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My Mental Illness Survival Kit

(My survival kit for enduring a manic/depressive episode)


I enjoy war movies, stories of rescues or survival documentaries.  At the point of concern, whether it be a prisoner of war taken captive, a lost hiker or a coordinated yet unpredictable survival trip, a plan is crucial.  The preservation and sustainability of life is the focus for persons found in these circumstances...and so much more for the person diagnosed with a serious mental illness, such as bipolar disorder.  The land mine or craggy cliff we must navigate to survive, is what doctors describe as cycling or rapid cycling through a manic or depressive episode.  I am sure it is common for persons encountering a lost situation to not know how lost they are. This does not preclude the reality for the need to access their survival kit. 

For the person entering the heinous world of a mood episode, the severity may not be as easy to ascertain.  The confusing gauges, like a compass not calibrated for true north, don't always define how manic you are.  In my experience, the depression is much easier to spot and prepare to combat.  Symptoms such as increased speech patterns or racing thoughts, can be unpleasant and your mind can flip flop between them.  For me this usually increases where pacing the floor or becoming extremely quiet and withdrawn occurs.  At this point, my survival manual tells me I am in the middle of a mental illness storm.  My sleep is usually effected by the sped up activity in the mind.  A manic episode is likened to drinking 10 cups of coffee before bed time.  Immobilization or muscle rigidity can set in which makes sleep impossible.  My body takes on a heat much like a woman's hot flash and radiates over my entire body.  Persons who cannot recede from clinical levels of mania are, more often than not, hospitalized.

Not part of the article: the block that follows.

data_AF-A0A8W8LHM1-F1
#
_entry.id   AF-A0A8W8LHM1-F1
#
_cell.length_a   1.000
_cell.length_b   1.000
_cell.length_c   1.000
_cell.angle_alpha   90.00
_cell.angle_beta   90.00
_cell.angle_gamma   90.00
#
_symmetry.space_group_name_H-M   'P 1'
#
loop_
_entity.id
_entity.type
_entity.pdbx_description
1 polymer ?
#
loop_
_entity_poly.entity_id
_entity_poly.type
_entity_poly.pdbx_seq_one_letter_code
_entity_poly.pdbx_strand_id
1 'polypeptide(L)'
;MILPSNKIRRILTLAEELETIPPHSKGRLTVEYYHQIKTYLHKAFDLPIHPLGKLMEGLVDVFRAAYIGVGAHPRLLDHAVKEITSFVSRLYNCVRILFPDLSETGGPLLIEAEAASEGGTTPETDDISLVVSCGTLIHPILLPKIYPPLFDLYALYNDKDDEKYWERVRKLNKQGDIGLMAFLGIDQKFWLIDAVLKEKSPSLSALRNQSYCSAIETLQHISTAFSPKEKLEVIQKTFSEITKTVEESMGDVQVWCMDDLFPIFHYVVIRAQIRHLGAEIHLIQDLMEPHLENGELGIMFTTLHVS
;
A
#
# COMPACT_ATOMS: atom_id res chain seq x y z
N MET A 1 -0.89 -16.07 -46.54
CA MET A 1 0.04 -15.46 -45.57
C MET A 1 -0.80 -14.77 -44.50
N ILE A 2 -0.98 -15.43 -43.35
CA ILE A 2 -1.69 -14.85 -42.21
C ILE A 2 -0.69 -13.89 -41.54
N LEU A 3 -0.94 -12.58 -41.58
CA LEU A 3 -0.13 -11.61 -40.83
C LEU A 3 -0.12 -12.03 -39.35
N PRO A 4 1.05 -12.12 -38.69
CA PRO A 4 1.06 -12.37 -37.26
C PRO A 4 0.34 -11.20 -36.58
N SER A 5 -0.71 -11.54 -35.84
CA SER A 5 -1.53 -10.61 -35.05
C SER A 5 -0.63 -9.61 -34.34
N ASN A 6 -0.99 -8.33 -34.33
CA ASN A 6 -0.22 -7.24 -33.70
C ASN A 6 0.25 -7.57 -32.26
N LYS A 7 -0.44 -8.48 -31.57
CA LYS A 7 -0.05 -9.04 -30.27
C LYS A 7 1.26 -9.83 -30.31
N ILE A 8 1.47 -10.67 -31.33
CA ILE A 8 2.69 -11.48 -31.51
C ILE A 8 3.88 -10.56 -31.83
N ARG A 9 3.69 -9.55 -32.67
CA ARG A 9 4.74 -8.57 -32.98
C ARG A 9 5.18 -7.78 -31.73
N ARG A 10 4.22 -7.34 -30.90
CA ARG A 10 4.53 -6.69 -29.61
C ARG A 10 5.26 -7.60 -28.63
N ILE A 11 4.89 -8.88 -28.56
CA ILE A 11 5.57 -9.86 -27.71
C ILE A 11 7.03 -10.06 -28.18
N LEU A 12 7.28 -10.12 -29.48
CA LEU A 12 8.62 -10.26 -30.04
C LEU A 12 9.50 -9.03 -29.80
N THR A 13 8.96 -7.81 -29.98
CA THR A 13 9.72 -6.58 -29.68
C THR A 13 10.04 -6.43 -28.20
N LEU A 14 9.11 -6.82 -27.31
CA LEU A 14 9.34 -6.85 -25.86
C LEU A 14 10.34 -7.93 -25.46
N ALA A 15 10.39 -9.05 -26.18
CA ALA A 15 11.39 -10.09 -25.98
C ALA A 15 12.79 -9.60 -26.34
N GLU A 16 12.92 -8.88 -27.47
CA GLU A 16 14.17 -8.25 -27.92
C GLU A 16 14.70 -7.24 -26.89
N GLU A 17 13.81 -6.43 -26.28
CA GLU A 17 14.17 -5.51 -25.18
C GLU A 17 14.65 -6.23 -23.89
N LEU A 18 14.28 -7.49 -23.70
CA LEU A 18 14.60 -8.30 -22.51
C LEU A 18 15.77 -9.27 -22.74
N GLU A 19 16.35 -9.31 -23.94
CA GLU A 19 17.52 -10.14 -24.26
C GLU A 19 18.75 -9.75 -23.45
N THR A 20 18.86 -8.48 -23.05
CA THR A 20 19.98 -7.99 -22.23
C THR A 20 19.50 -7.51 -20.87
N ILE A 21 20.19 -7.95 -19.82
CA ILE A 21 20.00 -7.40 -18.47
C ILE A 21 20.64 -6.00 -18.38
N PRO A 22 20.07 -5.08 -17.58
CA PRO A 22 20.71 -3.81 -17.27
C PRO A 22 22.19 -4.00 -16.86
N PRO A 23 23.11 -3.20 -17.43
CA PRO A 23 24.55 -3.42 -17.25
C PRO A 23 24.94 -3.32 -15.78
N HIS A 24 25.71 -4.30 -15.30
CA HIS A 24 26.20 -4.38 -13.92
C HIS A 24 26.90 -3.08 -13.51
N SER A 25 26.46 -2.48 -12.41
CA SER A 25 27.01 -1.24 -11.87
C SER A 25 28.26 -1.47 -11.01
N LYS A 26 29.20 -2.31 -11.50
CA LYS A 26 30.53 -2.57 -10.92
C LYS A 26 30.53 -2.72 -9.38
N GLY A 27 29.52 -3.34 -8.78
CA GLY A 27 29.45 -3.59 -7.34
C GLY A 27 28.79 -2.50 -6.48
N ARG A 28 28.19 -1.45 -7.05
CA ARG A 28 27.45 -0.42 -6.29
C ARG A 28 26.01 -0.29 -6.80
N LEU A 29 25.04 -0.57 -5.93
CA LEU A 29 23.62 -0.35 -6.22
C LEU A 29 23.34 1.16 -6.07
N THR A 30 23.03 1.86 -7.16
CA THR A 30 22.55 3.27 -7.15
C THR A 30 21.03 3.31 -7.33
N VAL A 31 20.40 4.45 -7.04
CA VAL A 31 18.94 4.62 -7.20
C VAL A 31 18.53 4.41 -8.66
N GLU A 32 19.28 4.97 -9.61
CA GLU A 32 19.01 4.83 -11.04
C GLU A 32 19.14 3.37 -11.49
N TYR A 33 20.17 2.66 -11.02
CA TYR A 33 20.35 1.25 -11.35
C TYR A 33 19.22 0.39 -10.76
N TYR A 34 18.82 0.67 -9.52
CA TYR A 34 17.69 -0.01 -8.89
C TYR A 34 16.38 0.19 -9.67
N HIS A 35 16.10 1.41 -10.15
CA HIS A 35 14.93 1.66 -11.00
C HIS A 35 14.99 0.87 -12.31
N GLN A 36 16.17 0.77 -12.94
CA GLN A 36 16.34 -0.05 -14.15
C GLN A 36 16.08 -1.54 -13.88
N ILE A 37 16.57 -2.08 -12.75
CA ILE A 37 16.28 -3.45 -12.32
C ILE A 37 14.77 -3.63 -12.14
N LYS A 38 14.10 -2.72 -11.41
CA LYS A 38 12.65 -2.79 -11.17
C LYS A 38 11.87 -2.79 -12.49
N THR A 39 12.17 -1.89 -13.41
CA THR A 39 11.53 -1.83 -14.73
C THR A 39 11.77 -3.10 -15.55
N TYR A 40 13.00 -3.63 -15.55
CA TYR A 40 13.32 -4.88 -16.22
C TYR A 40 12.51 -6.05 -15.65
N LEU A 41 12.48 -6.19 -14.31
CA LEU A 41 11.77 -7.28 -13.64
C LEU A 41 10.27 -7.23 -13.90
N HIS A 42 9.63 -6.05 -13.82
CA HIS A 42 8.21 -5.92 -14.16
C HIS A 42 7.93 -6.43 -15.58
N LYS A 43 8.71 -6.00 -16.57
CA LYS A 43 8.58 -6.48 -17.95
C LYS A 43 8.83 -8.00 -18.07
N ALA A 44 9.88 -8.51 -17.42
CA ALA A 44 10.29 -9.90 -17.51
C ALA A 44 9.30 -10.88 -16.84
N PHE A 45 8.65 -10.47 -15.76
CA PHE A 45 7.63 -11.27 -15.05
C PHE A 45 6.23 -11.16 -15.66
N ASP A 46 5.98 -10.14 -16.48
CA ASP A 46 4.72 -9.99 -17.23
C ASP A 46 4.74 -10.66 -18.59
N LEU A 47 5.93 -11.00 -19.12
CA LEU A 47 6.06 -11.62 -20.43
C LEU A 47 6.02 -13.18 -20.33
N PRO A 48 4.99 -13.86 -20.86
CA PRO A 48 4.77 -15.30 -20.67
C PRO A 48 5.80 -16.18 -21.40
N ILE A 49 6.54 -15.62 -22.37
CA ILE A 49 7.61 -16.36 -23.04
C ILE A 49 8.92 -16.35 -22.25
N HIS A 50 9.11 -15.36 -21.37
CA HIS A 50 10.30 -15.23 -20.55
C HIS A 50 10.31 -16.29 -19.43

When I am in an episodic cycle from mania, depression or both, I often pray.  It is not a magic cure and sometimes I feel a sense of guilt.  If I am depressed at a level five or more, the hopeless feeling already resembles guilt.  So, pray on!  I know all persons in survival mode ask, "will I get off this mountain alive, live through this scorching desert, or find the correct route to safety?"  Survival trainers preach, "don't panic"...it's a death sentence!
In the case of my episodes, anxiety is always a concern and is a close brother or sister to mania.  It is only a matter of how anxious you will become. 

So, I go to my man-cave, where the bed is comfortable and secure. I uncover just as if my body is in a fever.  Especially in the winter time, like January, the cold air shocks my system.  I also engage in deep breathing techniques, taking long sips of air through my nose and slowly exhaling through my mouth.  Survival professionals will tell you of the grueling discipline one needs to surmount the odds.  The same applies to a mental health episode.  It is gut-wrenching to exercise deep breathing when it feels like a bull dozer is sitting on my chest.  I managed to eek out five deep breath in a recent episode where the hopelessness of my soul was crying all around me.  The cold sunken sensation in my body was revolting.  I did notice the depressive contractions grew further apart. 

There are some episodes where I can determine the longevity by the diminishing mania or depression.  I use a journal to chart and a mental gauge to calibrate the severity of my episode.  Just like a survivor, I am always aware of my progress and looking to maximize the process.  After 30+ years, I am pretty accurate with determining how long it will be until the episode completes its cycle.  I am always relieved...that's an understatement...to realize I have survived another one! 

Some but not all reach the point of extraction.  Many a woodsman, hiker, kayaker, mountain climber died trying to LIVE!  Those who do survive, depending on their condition, may need medical attention or hospitalization.  I am left tired, lacking drive and focus and require more rest and sleep.  A therapeutic tool for renewal in my survival kit, is to write about my experiences.  I also keep strict notes in my self published "Moods, Meds & Meanderings", mental health journal.  I am always grateful to God, my family and my survival kit as I exit the death trap of another mental illness episode.



Glen Roseman

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